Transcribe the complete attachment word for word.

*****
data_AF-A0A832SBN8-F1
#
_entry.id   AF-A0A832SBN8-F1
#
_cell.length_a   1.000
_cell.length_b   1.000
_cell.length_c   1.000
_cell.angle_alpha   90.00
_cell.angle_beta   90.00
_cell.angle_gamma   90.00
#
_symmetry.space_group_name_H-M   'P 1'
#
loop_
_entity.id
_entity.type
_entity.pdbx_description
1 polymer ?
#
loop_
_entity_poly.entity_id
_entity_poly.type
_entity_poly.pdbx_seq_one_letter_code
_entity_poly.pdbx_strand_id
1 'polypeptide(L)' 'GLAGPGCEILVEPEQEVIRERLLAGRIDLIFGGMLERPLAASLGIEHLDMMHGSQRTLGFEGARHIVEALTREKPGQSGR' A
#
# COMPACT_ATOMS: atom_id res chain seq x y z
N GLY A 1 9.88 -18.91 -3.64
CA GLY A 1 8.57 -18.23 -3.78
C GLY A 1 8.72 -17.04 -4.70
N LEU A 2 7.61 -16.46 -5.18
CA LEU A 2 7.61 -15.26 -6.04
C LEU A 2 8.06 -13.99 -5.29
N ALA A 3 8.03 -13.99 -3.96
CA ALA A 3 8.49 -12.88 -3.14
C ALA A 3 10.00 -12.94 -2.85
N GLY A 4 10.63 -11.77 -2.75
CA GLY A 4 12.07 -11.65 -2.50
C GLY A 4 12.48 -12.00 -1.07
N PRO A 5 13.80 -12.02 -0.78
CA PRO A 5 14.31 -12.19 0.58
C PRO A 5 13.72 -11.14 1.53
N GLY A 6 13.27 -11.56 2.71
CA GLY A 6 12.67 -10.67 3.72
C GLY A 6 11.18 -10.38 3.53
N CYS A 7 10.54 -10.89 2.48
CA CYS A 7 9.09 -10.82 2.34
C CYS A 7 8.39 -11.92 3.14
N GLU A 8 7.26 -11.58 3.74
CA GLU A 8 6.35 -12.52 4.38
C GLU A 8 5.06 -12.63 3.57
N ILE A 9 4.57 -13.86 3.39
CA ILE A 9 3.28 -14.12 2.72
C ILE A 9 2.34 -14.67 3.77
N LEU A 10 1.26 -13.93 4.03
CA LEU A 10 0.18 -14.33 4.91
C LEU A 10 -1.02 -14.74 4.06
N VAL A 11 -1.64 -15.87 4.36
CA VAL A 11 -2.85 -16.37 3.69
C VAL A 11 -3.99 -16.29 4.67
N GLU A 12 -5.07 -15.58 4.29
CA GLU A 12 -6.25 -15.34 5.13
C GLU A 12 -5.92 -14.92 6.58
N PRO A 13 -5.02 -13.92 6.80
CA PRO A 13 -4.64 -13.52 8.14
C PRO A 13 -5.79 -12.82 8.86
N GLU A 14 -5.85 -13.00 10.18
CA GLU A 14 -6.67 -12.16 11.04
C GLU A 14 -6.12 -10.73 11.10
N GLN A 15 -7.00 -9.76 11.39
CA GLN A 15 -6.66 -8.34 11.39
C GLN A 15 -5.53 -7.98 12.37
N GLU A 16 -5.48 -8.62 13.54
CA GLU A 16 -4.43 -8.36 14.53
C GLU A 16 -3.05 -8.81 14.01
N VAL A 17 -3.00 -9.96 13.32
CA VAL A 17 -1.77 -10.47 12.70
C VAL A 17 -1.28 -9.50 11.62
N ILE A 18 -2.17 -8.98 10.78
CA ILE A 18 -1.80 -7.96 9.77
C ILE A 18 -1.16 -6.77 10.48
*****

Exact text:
data_AF-A0A832SBN8-F1
#
_entry.id   AF-A0A832SBN8-F1
#
_cell.length_a   1.000
_cell.length_b   1.000
_cell.length_c   1.000
_cell.angle_alpha   90.00
_cell.angle_beta   90.00
_cell.angle_gamma   90.00
#
_symmetry.space_group_name_H-M   'P 1'
#
loop_
_entity.id
_entity.type
_entity.pdbx_description
1 polymer ?
#
loop_
_entity_poly.entity_id
_entity_poly.type
_entity_poly.pdbx_seq_one_letter_code
_entity_poly.pdbx_strand_id
1 'polypeptide(L)' 'GLAGPGCEILVEPEQEVIRERLLAGRIDLIFGGMLERPLAASLGIEHLDMMHGSQRTLGFEGARHIVEALTREKPGQSGR' A
#
# COMPACT_ATOMS: atom_id res chain seq x y z
N GLY A 1 9.88 -18.91 -3.64
CA GLY A 1 8.57 -18.23 -3.78
C GLY A 1 8.72 -17.04 -4.70
N LEU A 2 7.61 -16.46 -5.18
CA LEU A 2 7.61 -15.26 -6.04
C LEU A 2 8.06 -13.99 -5.29
N ALA A 3 8.03 -13.99 -3.96
CA ALA A 3 8.49 -12.88 -3.14
C ALA A 3 10.00 -12.94 -2.85
N GLY A 4 10.63 -11.77 -2.75
CA GLY A 4 12.07 -11.65 -2.50
C GLY A 4 12.48 -12.00 -1.07
N PRO A 5 13.80 -12.02 -0.78
CA PRO A 5 14.31 -12.19 0.58
C PRO A 5 13.72 -11.14 1.53
N GLY A 6 13.27 -11.56 2.71
CA GLY A 6 12.67 -10.67 3.72
C GLY A 6 11.18 -10.38 3.53
N CYS A 7 10.54 -10.89 2.48
CA CYS A 7 9.09 -10.82 2.34
C CYS A 7 8.39 -11.92 3.14
N GLU A 8 7.26 -11.58 3.74
CA GLU A 8 6.35 -12.52 4.38
C GLU A 8 5.06 -12.63 3.57
N ILE A 9 4.57 -13.86 3.39
CA ILE A 9 3.28 -14.12 2.72
C ILE A 9 2.34 -14.67 3.77
N LEU A 10 1.26 -13.93 4.03
CA LEU A 10 0.18 -14.33 4.91
C LEU A 10 -1.02 -14.74 4.06
N VAL A 11 -1.64 -15.87 4.36
CA VAL A 11 -2.85 -16.37 3.69
C VAL A 11 -3.99 -16.29 4.67
N GLU A 12 -5.07 -15.58 4.29
CA GLU A 12 -6.25 -15.34 5.13
C GLU A 12 -5.92 -14.92 6.58
N PRO A 13 -5.02 -13.92 6.80
CA PRO A 13 -4.64 -13.52 8.14
C PRO A 13 -5.79 -12.82 8.86
N GLU A 14 -5.85 -13.00 10.18
CA GLU A 14 -6.67 -12.16 11.04
C GLU A 14 -6.12 -10.73 11.10
N GLN A 15 -7.00 -9.76 11.39
CA GLN A 15 -6.66 -8.34 11.39
C GLN A 15 -5.53 -7.98 12.37
N GLU A 16 -5.48 -8.62 13.54
CA GLU A 16 -4.43 -8.36 14.53
C GLU A 16 -3.05 -8.81 14.01
N VAL A 17 -3.00 -9.96 13.32
CA VAL A 17 -1.77 -10.47 12.70
C VAL A 17 -1.28 -9.50 11.62
N ILE A 18 -2.17 -8.98 10.78
CA ILE A 18 -1.80 -7.96 9.77
C ILE A 18 -1.16 -6.77 10.48